I am planning on attaching two sheets of 8x12 maple plywood sheets 3/4 inch thick on a long wooden dining table. Can I jus screw the plywood onto the table surface or is there another layer of something else that I place between the table surface and the plywood to reduce noise? There will be three simple oval loops with no switches, 2 outer loops for standard gauge tinplate and an inner loop for LGB/gauge1. Thanks in advance.

 

Ash Standard

Original Post

I believe the Johnson rubber roadbed for Standard gauge is out of production.

Cut pile carpet is okay under plastic roadbed track, but may shed loose fibers that will get into the mechanisms of your trains if placed under traditional tinplate tubular track.  Closed loop carpet is better in this respect.  The Standard Gauge Module Association (SGMA) specifies closed loop carpet on their modular standards.

Homosote is a moisture  resistant recycled paper product that can be used to cover the entire train table, or cut to form a roadbed.  Either way it is an effective way to reduce noise levels.  Note that the track should be screwed only to the homosote, and not the plywood tabletop, or the screws will transmit noise.

Foam tape (like weatherstripping foam) makes excellent roadbed, and is available with adhesive backing.  Two (or more) strips can be applied on either side of a marked centerline drawn on the tabletop to facilitate an accurate transposition of your trackplan.

 

Kirk

 

USA Track LLC



 

I used the 4x8 sheets of foam insulation, in my case 3/4 inch thick with aluminum on one side, this reduced the noise tremendously. If your able to do it, use the zip tie method of securing your track to the plywood base, this cuts out the drum effect that screws cause.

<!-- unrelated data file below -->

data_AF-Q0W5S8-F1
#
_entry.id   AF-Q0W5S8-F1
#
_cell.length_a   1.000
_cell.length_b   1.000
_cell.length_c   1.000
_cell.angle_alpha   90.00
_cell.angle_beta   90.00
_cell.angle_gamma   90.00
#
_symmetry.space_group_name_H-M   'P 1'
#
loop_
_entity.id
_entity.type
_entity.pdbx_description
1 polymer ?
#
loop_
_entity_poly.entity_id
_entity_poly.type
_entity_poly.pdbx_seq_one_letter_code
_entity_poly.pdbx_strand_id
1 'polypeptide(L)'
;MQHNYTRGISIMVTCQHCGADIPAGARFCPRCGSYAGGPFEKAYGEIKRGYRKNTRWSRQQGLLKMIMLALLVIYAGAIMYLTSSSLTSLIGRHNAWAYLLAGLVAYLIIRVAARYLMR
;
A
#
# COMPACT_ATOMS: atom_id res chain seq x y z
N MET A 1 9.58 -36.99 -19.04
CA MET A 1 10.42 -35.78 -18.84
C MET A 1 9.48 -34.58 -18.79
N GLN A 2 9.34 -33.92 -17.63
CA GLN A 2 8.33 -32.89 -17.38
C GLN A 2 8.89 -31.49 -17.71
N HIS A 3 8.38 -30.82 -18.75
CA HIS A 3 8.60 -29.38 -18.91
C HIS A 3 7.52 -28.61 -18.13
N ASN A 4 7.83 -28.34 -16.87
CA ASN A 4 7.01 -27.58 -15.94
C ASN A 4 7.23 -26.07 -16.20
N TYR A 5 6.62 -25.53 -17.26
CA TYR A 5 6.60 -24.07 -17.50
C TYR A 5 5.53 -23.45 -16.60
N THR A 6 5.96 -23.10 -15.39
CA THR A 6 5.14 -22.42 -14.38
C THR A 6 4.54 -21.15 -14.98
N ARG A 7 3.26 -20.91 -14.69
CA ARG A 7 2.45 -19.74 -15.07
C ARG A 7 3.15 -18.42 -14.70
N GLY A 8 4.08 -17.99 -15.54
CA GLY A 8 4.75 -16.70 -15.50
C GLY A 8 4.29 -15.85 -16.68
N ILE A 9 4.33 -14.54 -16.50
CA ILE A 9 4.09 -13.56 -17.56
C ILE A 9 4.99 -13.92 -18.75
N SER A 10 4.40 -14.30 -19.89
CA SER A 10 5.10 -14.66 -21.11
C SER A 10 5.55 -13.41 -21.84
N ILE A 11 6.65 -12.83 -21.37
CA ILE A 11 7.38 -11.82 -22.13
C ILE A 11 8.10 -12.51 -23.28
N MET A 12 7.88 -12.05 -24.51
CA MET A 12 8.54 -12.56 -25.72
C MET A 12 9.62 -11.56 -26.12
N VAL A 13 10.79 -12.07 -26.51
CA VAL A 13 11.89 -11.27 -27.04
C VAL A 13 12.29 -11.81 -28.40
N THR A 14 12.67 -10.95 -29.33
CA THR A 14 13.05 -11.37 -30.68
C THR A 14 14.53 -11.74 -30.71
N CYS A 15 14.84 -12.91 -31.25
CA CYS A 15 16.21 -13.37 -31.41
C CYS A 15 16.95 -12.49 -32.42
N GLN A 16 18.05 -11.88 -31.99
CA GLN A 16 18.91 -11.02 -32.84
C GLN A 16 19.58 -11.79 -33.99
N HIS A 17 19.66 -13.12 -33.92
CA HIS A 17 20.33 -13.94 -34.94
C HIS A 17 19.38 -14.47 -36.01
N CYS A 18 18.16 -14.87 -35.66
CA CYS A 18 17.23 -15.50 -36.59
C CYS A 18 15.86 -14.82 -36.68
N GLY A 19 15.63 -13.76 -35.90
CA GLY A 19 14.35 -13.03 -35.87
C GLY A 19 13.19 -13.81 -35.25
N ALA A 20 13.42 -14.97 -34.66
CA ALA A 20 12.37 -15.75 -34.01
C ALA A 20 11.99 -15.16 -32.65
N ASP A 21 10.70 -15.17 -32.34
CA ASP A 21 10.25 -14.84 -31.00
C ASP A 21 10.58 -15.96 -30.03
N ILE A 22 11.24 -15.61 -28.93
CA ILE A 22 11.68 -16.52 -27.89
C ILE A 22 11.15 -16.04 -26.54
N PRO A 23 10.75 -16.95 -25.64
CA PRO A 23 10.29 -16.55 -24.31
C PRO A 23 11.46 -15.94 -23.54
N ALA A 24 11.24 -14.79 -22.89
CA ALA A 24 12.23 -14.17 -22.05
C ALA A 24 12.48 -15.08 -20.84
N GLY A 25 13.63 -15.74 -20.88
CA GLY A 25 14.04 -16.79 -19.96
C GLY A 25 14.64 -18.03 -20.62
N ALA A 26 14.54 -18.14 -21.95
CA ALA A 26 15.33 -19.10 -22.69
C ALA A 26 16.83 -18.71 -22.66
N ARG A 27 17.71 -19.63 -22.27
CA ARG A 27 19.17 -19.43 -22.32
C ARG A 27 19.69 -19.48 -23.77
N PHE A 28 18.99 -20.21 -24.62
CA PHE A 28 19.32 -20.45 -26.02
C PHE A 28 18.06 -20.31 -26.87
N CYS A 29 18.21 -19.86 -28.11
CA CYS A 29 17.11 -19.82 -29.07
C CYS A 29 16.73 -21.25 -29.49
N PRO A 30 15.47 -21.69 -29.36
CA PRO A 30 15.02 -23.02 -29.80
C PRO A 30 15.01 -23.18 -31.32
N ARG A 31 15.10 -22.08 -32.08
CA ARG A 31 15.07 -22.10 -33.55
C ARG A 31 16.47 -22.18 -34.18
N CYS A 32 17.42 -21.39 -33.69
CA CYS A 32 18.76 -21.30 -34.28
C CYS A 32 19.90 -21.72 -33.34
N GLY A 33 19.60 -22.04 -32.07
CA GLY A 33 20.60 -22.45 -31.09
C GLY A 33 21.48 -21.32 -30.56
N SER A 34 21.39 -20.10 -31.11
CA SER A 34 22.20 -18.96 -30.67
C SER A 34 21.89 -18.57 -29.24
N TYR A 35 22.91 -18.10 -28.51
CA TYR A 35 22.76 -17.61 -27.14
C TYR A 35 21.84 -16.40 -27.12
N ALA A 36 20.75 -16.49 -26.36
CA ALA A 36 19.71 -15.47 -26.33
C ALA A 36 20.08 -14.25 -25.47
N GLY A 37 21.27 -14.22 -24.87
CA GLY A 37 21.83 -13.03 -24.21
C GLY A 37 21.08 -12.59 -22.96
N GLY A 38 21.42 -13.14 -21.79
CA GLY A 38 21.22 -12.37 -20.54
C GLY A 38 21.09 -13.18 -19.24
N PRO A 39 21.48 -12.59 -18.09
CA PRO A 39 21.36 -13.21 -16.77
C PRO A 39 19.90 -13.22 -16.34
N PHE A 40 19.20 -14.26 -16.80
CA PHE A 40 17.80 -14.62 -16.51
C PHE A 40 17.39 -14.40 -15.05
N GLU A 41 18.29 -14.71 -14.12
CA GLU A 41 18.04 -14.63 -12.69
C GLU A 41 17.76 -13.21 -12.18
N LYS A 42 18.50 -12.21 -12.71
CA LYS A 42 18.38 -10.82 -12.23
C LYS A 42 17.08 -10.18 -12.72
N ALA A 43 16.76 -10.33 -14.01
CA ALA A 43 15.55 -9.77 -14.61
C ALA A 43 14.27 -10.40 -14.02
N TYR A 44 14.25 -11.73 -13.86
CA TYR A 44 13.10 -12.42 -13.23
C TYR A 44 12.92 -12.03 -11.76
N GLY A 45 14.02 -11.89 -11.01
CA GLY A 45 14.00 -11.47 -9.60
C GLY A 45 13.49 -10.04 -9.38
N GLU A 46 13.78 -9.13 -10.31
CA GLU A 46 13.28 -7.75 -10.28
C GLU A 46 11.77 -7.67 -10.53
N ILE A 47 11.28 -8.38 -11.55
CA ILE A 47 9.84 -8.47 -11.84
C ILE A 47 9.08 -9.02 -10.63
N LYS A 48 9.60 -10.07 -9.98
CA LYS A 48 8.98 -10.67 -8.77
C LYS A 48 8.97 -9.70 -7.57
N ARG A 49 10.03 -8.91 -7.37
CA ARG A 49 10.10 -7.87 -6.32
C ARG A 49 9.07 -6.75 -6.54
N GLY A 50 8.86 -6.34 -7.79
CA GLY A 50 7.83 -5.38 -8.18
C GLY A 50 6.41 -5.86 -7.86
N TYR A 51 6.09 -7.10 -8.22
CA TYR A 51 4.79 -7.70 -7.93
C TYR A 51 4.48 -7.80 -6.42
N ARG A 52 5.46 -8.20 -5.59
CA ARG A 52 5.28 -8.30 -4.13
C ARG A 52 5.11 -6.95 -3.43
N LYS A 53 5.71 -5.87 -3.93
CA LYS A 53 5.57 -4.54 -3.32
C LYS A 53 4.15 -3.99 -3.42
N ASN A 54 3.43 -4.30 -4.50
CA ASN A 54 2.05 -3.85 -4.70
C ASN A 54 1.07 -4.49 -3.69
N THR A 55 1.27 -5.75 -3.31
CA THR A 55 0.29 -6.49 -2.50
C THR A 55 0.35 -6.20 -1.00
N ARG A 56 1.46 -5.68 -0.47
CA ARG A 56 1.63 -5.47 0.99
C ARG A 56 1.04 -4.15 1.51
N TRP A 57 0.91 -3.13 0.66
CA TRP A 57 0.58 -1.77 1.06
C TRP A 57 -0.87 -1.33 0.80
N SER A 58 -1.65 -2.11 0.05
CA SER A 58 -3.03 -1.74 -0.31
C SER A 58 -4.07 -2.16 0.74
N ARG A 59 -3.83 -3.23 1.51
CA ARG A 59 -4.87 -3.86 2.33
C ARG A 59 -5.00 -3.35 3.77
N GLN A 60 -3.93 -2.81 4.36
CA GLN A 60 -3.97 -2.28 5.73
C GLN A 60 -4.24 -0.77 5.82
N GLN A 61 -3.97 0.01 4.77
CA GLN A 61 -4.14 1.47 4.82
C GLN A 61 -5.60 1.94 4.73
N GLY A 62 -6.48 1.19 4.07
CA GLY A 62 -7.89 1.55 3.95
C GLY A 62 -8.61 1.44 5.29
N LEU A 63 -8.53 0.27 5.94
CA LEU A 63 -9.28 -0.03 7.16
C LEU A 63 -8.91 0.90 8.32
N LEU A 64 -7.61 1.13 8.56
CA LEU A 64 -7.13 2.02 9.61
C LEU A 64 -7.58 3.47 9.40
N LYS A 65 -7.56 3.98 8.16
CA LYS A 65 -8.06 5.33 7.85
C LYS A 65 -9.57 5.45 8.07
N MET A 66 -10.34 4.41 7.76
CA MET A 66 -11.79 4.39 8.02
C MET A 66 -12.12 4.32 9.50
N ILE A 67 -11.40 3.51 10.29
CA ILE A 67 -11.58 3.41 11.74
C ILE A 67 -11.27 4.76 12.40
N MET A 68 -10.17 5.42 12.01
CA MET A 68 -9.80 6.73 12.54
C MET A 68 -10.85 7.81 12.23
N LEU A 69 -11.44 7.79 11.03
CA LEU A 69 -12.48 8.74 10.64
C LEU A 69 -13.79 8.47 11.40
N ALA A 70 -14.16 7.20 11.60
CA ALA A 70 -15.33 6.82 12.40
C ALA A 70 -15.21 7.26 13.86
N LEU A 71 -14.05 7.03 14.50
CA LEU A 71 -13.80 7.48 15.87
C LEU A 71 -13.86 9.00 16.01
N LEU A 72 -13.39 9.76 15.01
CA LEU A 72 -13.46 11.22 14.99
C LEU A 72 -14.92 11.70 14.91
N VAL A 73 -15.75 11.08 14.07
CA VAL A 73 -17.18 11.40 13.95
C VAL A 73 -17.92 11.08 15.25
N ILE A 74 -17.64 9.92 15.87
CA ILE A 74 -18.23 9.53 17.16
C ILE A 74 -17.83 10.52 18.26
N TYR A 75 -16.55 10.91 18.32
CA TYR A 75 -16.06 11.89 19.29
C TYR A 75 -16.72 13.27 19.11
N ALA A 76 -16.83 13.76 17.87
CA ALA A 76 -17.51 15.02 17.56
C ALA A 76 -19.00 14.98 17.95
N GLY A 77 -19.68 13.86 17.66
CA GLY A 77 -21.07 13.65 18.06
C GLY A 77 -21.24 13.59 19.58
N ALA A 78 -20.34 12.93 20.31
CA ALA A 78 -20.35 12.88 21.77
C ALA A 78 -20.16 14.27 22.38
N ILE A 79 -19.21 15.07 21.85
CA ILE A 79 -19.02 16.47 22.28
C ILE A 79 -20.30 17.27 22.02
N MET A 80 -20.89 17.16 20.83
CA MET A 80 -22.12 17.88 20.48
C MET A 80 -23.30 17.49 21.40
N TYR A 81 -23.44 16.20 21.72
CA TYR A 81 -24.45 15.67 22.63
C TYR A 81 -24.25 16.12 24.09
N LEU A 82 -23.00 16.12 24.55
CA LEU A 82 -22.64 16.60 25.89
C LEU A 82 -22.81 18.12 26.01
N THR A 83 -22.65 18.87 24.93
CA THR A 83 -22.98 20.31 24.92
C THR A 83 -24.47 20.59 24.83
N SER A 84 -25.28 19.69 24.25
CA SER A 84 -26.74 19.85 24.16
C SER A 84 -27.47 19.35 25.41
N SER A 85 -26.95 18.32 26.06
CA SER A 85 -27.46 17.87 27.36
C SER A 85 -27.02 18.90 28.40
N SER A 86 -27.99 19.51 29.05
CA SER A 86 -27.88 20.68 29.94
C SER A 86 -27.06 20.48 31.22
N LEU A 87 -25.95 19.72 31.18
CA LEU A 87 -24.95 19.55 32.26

Paradise & Pacific Railroad

I’m not sure where you are, but it’s hard to get homosote in the south.  I’m using acoustic ceiling tile (the kind that they use for suspended ceilings) from Home Depot. It’s readily available, easy to cut to shape as roadbed, and cheap.

Johnson rubber roadbed is available on the secondary market. I have some extra 072 and 084 circles plus a good number of straights at my other home, but it is not available to sell at this time. The advantages are its easy drop-in design, slip resistant surface, and noise abatement quality. I use it directly on an office tabletop surface with excellent results. Will have my extra curves and straights for sale in the next couple of months. The color is black.

vita sine litteris mors est  (Seneca)

Ash,

Feel free to contact me by email.  You have the address (we discussed the duplicates in my collection last month).

Don't sell yourself short on your ability to build a layout.  Nobody was an expert before they tried it the first time.  You could also hire a carpenter or cabinet maker to help you learn the skills or to finish a table to your specifications.

I assume you are using maple surfaced plywood because cabinet grade plywood is more stable and flatter than lower grades.  Keep in mind you will need to run wires under the plywood to wire both the tracks and the accessories.   For this reason I would not secure the plywood sheets directly to your table.  Strips of 1x3 lumber between the two can provide the space you need.  A frame around the perimeter will also keep things square and true.

One advantage of homosote is that the texture is pleasing when painted.  I think I would still use the roadbed Jim Cottzola recommended above, foam tape, or the Johnson rubber roadbed if you can find it.  All are easily installed, and all provide a greatly enhanced appearance and additional sound deadening.

We only sell USA Track directly to customers.  If you buy track on ebay or elsewhere look for track with ties stamped "USA" or "MTH".  The newer MTH track with ties stamped "Lionel" (11-series) was made in China for MTH, and is very poor quality.  The old MTH track (10-series) was made by EBR products in New Jersey and is fine.  Ross Custom Switches are the best available, and completely compatible with USA Track LLC products (they buy the rails and track pins from us).